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Book report for April 2024

Book report for April 2024
You don’t see dogs doing this, which is another reason cats are superior.

Letter No. 82: Includes a rock star, puzzling fictional physics, and atomic habits that have nothing to do with physics.

My reading this past month was monkey brained—read this book for 20 minutes, read that one for 11, pick up The New Yorker, go back to the first book... Not sure why, but there you go. My one bit of advocacy this time will be if you haven’t yet read Phillip Pullman but love an engrossing novel, track down any of his books and dive in. As good as it gets.

And what have you been reading, my dear Jogglers?

  • Eminent Hipsters, Donald Fagen. Two-thirds witty sharp-tongued memoir in essays, one-third tedious bitch-and-moan about being on the road with Boz Scaggs and Michael MacDonald. Could have been better. Fagen has a writer inside him but needs to elbow his whiny inner nerd out of the way.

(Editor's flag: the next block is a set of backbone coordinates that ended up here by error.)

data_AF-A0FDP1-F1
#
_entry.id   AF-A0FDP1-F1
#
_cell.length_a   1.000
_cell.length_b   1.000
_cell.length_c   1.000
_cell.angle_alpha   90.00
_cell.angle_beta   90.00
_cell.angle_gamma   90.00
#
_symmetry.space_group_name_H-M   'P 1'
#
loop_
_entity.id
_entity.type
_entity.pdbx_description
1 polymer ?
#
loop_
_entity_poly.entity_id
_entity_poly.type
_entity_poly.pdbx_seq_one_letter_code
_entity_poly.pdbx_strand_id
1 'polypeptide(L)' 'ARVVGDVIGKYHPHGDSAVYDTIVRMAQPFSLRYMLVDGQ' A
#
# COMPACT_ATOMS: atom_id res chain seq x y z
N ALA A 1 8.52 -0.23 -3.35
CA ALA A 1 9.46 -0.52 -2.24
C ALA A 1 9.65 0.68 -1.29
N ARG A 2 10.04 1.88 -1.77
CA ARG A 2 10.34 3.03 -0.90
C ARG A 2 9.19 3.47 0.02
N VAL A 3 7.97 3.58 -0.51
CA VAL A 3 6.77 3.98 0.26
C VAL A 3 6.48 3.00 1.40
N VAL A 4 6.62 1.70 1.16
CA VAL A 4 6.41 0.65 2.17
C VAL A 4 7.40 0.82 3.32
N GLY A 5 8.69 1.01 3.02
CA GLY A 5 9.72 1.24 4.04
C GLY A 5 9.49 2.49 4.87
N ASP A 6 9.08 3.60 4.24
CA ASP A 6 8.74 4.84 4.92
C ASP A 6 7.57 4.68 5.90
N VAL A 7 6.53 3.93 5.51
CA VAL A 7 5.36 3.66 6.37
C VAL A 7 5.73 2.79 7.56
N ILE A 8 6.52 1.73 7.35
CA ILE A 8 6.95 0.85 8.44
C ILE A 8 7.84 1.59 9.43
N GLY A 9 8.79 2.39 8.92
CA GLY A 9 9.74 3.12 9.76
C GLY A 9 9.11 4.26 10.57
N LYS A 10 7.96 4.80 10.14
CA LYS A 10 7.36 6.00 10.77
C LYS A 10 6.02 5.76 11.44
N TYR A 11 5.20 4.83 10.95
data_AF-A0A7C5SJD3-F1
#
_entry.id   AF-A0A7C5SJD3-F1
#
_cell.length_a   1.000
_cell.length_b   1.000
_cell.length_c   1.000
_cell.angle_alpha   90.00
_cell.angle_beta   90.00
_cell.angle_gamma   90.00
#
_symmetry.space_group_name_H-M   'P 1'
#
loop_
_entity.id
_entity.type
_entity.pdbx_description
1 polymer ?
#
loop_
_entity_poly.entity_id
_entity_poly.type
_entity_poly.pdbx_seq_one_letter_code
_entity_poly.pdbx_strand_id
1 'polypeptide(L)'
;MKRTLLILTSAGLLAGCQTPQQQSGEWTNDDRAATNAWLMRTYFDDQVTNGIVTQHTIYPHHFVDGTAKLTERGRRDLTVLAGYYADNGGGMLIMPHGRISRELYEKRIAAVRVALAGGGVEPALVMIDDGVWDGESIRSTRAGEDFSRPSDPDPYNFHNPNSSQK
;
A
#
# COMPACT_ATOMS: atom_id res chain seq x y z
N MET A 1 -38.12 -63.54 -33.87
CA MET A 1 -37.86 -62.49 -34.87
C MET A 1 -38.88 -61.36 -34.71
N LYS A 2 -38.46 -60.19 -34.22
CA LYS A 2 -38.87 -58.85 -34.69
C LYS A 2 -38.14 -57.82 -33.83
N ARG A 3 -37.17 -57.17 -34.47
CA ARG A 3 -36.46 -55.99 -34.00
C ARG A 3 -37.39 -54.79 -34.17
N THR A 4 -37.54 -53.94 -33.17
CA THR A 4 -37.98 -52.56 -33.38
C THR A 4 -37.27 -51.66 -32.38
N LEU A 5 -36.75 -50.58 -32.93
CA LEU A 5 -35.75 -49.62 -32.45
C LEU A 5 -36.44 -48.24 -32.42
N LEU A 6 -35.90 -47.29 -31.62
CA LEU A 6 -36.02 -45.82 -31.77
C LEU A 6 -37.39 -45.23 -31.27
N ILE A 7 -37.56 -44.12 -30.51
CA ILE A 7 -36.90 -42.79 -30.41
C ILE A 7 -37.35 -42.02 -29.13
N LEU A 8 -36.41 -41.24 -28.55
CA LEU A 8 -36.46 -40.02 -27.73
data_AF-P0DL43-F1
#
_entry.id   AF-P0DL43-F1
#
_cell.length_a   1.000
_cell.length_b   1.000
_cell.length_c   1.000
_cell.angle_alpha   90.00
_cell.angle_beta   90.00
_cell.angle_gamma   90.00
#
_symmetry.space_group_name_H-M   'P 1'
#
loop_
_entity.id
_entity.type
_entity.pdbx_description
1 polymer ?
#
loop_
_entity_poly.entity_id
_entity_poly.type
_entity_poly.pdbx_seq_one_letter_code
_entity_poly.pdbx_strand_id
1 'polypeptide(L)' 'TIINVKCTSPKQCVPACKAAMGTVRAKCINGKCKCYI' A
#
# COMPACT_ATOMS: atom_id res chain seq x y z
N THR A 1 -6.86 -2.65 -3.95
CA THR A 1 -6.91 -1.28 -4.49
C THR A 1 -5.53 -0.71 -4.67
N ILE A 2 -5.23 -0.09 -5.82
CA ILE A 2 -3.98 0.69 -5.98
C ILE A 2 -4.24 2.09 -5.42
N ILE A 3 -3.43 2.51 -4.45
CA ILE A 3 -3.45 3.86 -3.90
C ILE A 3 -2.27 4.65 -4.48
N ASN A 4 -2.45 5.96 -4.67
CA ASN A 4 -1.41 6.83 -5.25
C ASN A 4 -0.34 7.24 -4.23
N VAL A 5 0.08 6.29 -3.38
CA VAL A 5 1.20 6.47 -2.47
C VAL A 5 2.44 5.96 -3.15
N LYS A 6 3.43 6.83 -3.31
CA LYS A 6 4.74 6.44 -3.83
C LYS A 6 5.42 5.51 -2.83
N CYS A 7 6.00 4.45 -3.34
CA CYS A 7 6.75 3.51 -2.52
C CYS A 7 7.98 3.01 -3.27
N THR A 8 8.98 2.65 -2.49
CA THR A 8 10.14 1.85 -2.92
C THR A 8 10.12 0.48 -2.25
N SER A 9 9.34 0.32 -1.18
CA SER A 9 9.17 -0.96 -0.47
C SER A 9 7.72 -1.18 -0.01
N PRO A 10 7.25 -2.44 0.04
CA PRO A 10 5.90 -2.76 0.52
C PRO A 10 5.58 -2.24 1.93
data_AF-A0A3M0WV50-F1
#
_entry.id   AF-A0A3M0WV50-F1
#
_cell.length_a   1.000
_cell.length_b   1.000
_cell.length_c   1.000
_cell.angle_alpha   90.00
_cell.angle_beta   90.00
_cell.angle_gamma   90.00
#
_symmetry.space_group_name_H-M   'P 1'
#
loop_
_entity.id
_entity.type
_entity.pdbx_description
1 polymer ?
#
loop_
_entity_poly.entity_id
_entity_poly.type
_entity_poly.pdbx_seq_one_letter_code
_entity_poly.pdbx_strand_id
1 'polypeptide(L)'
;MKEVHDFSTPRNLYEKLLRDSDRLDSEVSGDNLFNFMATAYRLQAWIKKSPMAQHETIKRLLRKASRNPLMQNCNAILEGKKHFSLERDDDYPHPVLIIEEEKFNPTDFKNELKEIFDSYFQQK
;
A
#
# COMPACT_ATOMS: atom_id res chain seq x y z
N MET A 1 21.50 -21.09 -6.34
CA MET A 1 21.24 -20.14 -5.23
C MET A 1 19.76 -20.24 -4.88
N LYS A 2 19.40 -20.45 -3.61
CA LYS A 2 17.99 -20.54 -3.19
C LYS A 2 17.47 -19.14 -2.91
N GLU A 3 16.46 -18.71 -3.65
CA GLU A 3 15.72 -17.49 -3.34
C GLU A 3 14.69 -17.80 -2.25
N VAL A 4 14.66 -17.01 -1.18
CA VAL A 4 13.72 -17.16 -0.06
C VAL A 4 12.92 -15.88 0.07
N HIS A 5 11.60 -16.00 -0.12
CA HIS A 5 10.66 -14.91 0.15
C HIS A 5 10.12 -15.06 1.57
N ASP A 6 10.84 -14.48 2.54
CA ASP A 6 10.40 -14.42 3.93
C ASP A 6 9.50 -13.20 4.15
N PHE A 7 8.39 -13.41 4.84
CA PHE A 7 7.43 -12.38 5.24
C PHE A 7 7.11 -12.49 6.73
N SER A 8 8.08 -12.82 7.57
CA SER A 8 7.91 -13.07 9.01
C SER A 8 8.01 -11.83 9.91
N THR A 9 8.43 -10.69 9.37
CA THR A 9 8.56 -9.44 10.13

• Quarantine, Greg Egan. Quantum physics fiction by the Australian wizard of ingenious science fiction. The physics lost even me, and I can usually keep up, but the novella remains thoroughly entertaining.
  • The Golden Compass, Phillip Pullman. Marvelous storytelling. Masterful in every aspect.
  • Atomic Habits, James Clear. I hold self-improvement books in low esteem, because I find most of them are bosh. But this one, which I read because I had seen it lauded so often, was a surprise. Clear is smart and measured and has done careful research, plus he writes well.
In progress
  • Best American Essays 2001, Kathleen Norris (ed.)
  • The Making of Incarnation, Tom McCarthy
  • Chasing New Horizons: Inside the Epic First Mission to Pluto, Alan Stern and David Grinspoon
  • James, Percival Everett
  • The White Lady, Jacqueline Winspear
  • Grandiloquent Words: A Pictoric Lexicon of Ostrobogulous Locutions, Jason Travis Ott
  • The Math Book, Clifford A. Pickover